More and more people have heard of MLM, or multilevel marketing, an ingenious internet marketing scheme that allows people to make a lot of money very quickly if exploited correctly. As the business plan becomes more and more popular, the concepts associated with it are becoming better and better known. One such concept is spillover, which applies to certain MLM structures. Spillover, basically, is a way for MLM companies to force yo uto place distributors in your downline as you recruit more and more of them. Let’s see how this works.
Money, Money, Money
But first, a little background. In multilevel marketing, most of your money comes from sales made by distributors you’ve recruited. These people constitute your downline. Each person in your downline can develop their own network of distributors, which is where the real fun starts: This is when you start to make a lot of money for yourself, and when you start to see that income grow regularly. The most important part of multilevel marketing is exploiting this downstream effect. MLM spillover allows you to build that downstream quickly and with a lot of advantages and disadvantages.
What exactly is MLM Spillover?
What is spillover? Just what it sounds like: The spilling over of distributors you recruit from one level of your downline (say, the first level) to the next (in this case, second level) as a result of size constraints on your levels. Say you can only have two distributors in your first level. If you fill this level with two distributors, you’ll have to place that new recruit underneath one of the two slots from your first level
Should you rely on MLM Spillover?
As you can see, you can benefit from teamwork. This isn’t exactly the best way to build an MLM business. Say if you are in a binary comp plan and your sponsor works on one side of the leg, while you work the other leg. It gives people of perception that if a sponsor or upline puts people under their downline, they will make instant money. It’s a great leverage point for sponsors to recruit more people but they are not recruiting leaders or business builders. I’ve never seen or heard of anyone who has made a killing from spillover.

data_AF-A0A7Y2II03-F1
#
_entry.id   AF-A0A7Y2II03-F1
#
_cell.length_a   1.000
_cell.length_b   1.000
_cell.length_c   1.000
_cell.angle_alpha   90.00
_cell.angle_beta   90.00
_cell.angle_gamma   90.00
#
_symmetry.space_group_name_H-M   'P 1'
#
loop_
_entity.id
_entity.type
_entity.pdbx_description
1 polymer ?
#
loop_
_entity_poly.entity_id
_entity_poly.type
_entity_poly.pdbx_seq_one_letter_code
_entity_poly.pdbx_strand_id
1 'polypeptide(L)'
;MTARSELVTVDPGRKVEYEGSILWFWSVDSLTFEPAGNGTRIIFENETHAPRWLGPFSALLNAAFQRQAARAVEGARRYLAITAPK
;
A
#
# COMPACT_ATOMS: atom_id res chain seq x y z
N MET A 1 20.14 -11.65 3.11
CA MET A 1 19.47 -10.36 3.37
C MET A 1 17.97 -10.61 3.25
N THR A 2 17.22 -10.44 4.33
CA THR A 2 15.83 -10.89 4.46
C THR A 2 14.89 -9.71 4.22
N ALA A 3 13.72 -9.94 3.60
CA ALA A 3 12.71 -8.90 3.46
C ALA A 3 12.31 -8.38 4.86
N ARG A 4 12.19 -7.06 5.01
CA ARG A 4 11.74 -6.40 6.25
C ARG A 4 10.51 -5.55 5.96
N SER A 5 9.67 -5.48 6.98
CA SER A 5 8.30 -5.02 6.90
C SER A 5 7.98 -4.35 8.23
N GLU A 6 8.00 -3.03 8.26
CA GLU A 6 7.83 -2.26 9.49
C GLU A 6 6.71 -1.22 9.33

Your downline will develop into a larger organization, which, of course, but not everyone benefits from the spillover. I’ve seen uplines put new people on their weaker leg, and it doesn’t create any leverage for those who are on the weaker leg. As you can see, this becomes lopsided.
This notion of teamwork is important in MLM since it’s crucial that everyone works towards a common goal with the ultimate objective being the benefit of the entire team. The problem with spillover, not everyone benefits from it. Instead of trying to rely on spillover, improve on your skillset so that you don’t have to rely on spillover. What you lack in skills, you make up in numbers. The primary objective of the MLM model is to recruit. If you don’t recruit, your business will die.
Spillover, ultimately, is not the best way to build a large MLM Network Marketing organization, but you may build an enormous downline in a short amount of time, provided that you have a strong upline. But it doesn’t mean that you’ll make money. On the back-end, it doesn’t last long-term. It doesn’t create leverage for everyone that is involved.
Now, it’s your turn!
What are your thoughts on MLM Spillover? Are you an advocate of spillover? Have you had any good or bad experiences with spillover? Be sure to leave your feedback in the comments section and I look forward to reading them!